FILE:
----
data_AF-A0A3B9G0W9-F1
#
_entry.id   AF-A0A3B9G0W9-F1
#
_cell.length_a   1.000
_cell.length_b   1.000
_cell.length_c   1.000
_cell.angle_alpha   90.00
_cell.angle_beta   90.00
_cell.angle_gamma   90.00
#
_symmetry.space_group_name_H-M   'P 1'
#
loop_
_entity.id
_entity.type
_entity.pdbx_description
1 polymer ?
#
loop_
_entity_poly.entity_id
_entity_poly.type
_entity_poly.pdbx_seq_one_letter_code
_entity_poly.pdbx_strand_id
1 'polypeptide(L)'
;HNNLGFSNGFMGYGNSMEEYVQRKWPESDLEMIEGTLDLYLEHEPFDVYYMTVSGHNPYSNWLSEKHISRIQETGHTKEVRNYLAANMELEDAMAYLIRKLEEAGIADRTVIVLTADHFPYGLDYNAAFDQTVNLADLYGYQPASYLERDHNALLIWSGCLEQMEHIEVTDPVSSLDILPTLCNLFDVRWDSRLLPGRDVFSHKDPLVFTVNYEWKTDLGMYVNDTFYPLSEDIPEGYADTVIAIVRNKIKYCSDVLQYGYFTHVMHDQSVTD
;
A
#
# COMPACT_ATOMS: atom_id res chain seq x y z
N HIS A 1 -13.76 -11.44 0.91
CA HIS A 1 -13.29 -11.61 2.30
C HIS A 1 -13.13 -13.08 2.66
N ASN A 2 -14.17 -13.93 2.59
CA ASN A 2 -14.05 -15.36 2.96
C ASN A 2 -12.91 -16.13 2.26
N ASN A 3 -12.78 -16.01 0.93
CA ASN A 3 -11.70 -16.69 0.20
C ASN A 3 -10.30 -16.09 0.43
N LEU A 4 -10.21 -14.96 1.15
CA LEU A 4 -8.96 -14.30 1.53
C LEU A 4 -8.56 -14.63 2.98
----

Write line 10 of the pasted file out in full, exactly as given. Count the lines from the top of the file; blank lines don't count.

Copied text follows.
_cell.angle_gamma   90.00